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Like Father, Like Sons
This time around, we chat with the boys about their dad’s coaching influence, what makes a great coach and why they take the role so seriously:
Let’s back up, why did you get in to coaching?
Jesse: Coaching is something I always knew I wanted to do. I kind of lucked out because growing up, I already had an answer to the cliché “What do you want to be when you grow up” question. Being around sports and coaching with my dad had a huge influence on me. Seeing the enjoyment and gratification my dad had in doing it was an easy sell.
Jake: Before graduating, I knew I wanted to be a part of a team and serve our community. I REALLY wanted to join the New York Fire Department (FDNY) when I graduated because of the camaraderie and family aspect of a firehouse. But it's a highly sought-after position, so I took the NYPD test instead, which is also extremely competitive. It took almost two years to hear back, even with scoring in the top percentage.
By that time, I had gone back to coach high school lacrosse at my alma mater in Altamonte Springs, FL. It may seem like I settled for coaching, but I believe it was something I was always destined to do because of my dad.
What do you love most about it?
Jesse: The opportunity I have to impact my players by interacting with them every day. The fact that I get to spend time with young people (not that I’m old ha!) on a daily basis and get the opportunity to mentor and shape them as both men and players is very gratifying.
Jake: EVERYTHING...haha next question!
Just kidding, but seriously I love everything about it. Most importantly, I love being around the team and establishing relationships that I hope go beyond the field. I’m a young coach that lives a simple life and getting to see my guys every day is the highlight.
How would you describe your coaching style?
Jesse: I try to coach my guys as if I were coaching my younger brother. Ironically, I am coaching him right now, but that’s how I want all my players to feel. I’m tough on them when it’s needed, but I love them and really enjoy my time with them.
Jake: I feel like my style is a mix of all the different coaches who have inspired and impacted me. I’ve been fortunate enough to observe coaches from a young age, being around my dad and his staff. I’ve seen almost the entire spectrum - how coaches work with youth players all the way to the NFL - and I'm so grateful for how each has impacted my development and approach.
In your opinion, what’s the mark of a great coach?
Jesse: Being a great communicator, which means knowing how to be clear and effective, but mostly knowing how to listen. I also think it’s really important to have a confident, steady demeanor.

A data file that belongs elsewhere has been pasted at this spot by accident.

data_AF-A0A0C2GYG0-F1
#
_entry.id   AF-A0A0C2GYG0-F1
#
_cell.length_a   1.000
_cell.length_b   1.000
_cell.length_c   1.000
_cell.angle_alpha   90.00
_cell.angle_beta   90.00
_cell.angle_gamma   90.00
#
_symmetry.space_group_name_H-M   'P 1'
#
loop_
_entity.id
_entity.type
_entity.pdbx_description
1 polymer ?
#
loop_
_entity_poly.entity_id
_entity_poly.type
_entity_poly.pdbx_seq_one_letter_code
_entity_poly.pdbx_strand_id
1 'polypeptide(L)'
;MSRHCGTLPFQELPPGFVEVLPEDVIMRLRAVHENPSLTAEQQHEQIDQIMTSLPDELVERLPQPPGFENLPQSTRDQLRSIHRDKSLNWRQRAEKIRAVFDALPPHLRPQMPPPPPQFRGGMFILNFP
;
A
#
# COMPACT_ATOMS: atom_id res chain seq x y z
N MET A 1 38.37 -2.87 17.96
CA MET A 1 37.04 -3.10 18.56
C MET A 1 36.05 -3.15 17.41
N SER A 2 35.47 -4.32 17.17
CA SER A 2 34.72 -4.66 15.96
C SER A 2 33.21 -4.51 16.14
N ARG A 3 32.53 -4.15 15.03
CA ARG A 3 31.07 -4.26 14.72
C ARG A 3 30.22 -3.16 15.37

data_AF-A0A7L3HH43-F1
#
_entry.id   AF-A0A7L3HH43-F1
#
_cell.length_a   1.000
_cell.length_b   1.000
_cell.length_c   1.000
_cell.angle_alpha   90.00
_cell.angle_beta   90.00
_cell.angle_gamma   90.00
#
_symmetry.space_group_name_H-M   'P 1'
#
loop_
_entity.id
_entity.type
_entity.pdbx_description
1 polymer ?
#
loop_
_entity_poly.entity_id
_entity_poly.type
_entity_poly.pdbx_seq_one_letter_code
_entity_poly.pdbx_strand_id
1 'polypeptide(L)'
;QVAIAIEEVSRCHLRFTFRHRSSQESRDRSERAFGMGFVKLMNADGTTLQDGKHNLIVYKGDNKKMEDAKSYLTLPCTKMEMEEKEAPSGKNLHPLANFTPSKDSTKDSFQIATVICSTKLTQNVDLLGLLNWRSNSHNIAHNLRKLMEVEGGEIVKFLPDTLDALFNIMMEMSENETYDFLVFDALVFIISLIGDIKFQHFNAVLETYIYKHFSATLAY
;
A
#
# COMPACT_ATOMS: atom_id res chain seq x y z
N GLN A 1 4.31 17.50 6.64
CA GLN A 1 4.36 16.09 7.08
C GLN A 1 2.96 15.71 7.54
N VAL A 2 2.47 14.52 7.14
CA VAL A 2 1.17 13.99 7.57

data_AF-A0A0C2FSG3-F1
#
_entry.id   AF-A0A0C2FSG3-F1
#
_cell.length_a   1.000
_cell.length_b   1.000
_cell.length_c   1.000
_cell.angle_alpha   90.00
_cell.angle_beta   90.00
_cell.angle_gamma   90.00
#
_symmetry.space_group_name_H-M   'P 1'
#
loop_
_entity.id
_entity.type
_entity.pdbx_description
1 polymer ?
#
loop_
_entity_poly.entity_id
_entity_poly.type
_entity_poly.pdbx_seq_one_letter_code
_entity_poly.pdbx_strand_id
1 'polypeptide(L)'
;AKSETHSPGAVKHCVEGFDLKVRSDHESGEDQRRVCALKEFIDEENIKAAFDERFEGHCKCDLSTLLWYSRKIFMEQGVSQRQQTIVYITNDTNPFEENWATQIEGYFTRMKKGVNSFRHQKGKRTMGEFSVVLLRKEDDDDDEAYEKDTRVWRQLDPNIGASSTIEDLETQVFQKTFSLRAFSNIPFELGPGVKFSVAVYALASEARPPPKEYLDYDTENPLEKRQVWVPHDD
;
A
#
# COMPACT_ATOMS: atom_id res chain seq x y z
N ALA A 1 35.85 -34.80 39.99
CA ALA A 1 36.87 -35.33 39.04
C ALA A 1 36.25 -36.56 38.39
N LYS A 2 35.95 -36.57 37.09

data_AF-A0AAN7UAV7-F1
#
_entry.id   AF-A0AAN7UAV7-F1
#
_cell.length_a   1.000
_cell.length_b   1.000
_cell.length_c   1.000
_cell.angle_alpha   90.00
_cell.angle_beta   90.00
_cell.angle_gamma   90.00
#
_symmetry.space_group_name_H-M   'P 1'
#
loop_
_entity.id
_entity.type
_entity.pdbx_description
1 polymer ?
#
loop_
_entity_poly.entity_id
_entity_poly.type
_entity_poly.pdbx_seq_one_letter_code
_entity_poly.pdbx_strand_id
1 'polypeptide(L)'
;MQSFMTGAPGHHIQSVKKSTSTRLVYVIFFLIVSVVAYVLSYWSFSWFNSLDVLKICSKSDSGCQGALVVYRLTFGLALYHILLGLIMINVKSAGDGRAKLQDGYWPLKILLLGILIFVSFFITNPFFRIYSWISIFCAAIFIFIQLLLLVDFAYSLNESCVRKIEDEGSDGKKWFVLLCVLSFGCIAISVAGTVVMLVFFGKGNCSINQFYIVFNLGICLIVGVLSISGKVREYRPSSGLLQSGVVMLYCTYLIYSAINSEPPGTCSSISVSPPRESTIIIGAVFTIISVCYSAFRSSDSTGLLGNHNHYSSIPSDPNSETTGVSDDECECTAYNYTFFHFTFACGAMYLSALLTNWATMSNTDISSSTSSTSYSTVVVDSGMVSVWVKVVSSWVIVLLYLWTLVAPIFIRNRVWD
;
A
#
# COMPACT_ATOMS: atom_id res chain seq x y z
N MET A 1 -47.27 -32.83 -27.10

Jake: I think there are three key qualities and they have nothing to do with the game and everything to do with being a reliable, respectable leader – be fair, be consistent and be open to trying new ideas.
Who are some of the coaches who have had a significant impact on you?
Jesse: There’s no way to list everyone and why and do them justice. My Dad, Coach Dave Cottle (Chesapeake Bayhawks), Coach John Tillman (University of Maryland), Coach Kevin Warne (Georgetown), Coach Ryan Moran (UMBC), Coach Jeff Goldberg (Saint Andrews) – there are so many more that I could list but they are the ones who have had the biggest impact on my playing career and coaching career. Each one of them played a significant role in helping me to get where I am today.
As a coach now, all I can say to the young guys out there is remember to thank the people who had an impact on you. They deserve to know how much they mean to you. Always always take the time to say thank you.
Jake: Ah where do I start??? There are so many, but I'll keep it tight and name three. First and foremost, my father because he is everything to me. I can talk about anything with him and more often than not, he’s been in my shoes at one point in his career despite coaching a different sport.
Coach Cottle has had a tremendous influence on my career. I started playing at his Loyola Lacrosse Camp down in Florida and he eventually recruited me to Maryland as the first player from Florida. Coach John Tillman is one of the smartest and most detail-oriented coaches I’ve ever encountered. He firmly believes that the smallest details are the most important and that no one is bigger than the smallest detail, including himself.
How does your coaching style compare to your dad’s?
Jesse: I laugh at this question because there are times when I’m coaching and catch myself, “Geeze, I sound like my Dad right now.” It’s funny because all the things he used to tell us when we were growing up (especially all the things we didn’t want to hear) are the exact same things I’m relaying to my own guys. In any case, I don’t think it’s a bad thing. I would hope we’re similar! He has always said that he coaches his players as if they were his sons. I try to treat and lead my guys like family.
Jake: Coaching has evolved across the board and every player is taught differently, in my opinion. I think we are similar in many ways but also have our differences, even though they are very minute. He’s encouraged me that I have to be my own type of coach.
How do the Bernhardt brothers feel about competing against one another on the field? Here’s how they keep it in the fam and spread the lax love.